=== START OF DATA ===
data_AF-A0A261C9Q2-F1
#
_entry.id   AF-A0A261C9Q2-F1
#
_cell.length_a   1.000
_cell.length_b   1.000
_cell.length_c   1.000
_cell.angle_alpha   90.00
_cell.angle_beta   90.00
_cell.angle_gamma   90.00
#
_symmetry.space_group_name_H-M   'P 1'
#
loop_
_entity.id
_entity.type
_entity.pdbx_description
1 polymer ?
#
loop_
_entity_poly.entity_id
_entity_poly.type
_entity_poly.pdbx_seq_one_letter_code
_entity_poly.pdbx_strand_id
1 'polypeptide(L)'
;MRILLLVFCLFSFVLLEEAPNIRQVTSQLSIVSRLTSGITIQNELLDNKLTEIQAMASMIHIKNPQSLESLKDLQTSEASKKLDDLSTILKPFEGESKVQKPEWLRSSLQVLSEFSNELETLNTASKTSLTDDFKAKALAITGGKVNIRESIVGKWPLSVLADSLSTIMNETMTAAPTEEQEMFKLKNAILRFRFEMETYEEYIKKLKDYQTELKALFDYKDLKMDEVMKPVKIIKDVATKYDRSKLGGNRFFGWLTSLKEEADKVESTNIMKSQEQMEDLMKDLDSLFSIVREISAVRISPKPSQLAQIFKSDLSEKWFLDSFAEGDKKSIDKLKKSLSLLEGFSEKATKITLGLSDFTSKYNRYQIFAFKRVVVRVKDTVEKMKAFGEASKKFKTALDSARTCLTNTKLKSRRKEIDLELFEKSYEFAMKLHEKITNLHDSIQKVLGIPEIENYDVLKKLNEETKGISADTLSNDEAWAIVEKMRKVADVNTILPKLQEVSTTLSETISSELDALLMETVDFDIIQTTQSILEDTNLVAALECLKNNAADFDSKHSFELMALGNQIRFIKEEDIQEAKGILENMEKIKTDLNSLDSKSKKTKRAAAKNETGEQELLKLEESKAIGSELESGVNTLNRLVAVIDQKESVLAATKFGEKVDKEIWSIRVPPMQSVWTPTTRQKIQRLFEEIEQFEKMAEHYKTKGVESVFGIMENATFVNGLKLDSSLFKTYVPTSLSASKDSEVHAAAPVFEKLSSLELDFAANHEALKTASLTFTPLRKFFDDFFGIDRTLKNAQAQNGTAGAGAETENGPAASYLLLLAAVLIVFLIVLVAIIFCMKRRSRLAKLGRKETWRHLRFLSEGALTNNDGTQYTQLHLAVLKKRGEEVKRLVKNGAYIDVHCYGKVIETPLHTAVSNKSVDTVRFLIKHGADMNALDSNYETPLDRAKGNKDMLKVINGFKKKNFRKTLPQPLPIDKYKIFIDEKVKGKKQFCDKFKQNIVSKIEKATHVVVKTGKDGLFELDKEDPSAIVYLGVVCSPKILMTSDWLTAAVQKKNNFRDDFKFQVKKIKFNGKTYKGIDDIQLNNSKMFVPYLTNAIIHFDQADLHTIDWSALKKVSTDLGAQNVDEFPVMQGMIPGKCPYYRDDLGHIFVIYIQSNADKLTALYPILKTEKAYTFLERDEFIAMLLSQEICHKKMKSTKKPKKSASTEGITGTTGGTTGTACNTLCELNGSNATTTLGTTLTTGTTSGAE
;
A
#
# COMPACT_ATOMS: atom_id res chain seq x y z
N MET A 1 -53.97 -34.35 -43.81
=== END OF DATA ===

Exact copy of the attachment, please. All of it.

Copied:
data_AF-A0A261C9Q2-F1
#
_entry.id   AF-A0A261C9Q2-F1
#
_cell.length_a   1.000
_cell.length_b   1.000
_cell.length_c   1.000
_cell.angle_alpha   90.00
_cell.angle_beta   90.00
_cell.angle_gamma   90.00
#
_symmetry.space_group_name_H-M   'P 1'
#
loop_
_entity.id
_entity.type
_entity.pdbx_description
1 polymer ?
#
loop_
_entity_poly.entity_id
_entity_poly.type
_entity_poly.pdbx_seq_one_letter_code
_entity_poly.pdbx_strand_id
1 'polypeptide(L)'
;MRILLLVFCLFSFVLLEEAPNIRQVTSQLSIVSRLTSGITIQNELLDNKLTEIQAMASMIHIKNPQSLESLKDLQTSEASKKLDDLSTILKPFEGESKVQKPEWLRSSLQVLSEFSNELETLNTASKTSLTDDFKAKALAITGGKVNIRESIVGKWPLSVLADSLSTIMNETMTAAPTEEQEMFKLKNAILRFRFEMETYEEYIKKLKDYQTELKALFDYKDLKMDEVMKPVKIIKDVATKYDRSKLGGNRFFGWLTSLKEEADKVESTNIMKSQEQMEDLMKDLDSLFSIVREISAVRISPKPSQLAQIFKSDLSEKWFLDSFAEGDKKSIDKLKKSLSLLEGFSEKATKITLGLSDFTSKYNRYQIFAFKRVVVRVKDTVEKMKAFGEASKKFKTALDSARTCLTNTKLKSRRKEIDLELFEKSYEFAMKLHEKITNLHDSIQKVLGIPEIENYDVLKKLNEETKGISADTLSNDEAWAIVEKMRKVADVNTILPKLQEVSTTLSETISSELDALLMETVDFDIIQTTQSILEDTNLVAALECLKNNAADFDSKHSFELMALGNQIRFIKEEDIQEAKGILENMEKIKTDLNSLDSKSKKTKRAAAKNETGEQELLKLEESKAIGSELESGVNTLNRLVAVIDQKESVLAATKFGEKVDKEIWSIRVPPMQSVWTPTTRQKIQRLFEEIEQFEKMAEHYKTKGVESVFGIMENATFVNGLKLDSSLFKTYVPTSLSASKDSEVHAAAPVFEKLSSLELDFAANHEALKTASLTFTPLRKFFDDFFGIDRTLKNAQAQNGTAGAGAETENGPAASYLLLLAAVLIVFLIVLVAIIFCMKRRSRLAKLGRKETWRHLRFLSEGALTNNDGTQYTQLHLAVLKKRGEEVKRLVKNGAYIDVHCYGKVIETPLHTAVSNKSVDTVRFLIKHGADMNALDSNYETPLDRAKGNKDMLKVINGFKKKNFRKTLPQPLPIDKYKIFIDEKVKGKKQFCDKFKQNIVSKIEKATHVVVKTGKDGLFELDKEDPSAIVYLGVVCSPKILMTSDWLTAAVQKKNNFRDDFKFQVKKIKFNGKTYKGIDDIQLNNSKMFVPYLTNAIIHFDQADLHTIDWSALKKVSTDLGAQNVDEFPVMQGMIPGKCPYYRDDLGHIFVIYIQSNADKLTALYPILKTEKAYTFLERDEFIAMLLSQEICHKKMKSTKKPKKSASTEGITGTTGGTTGTACNTLCELNGSNATTTLGTTLTTGTTSGAE
;
A
#
# COMPACT_ATOMS: atom_id res chain seq x y z
N MET A 1 -53.97 -34.35 -43.81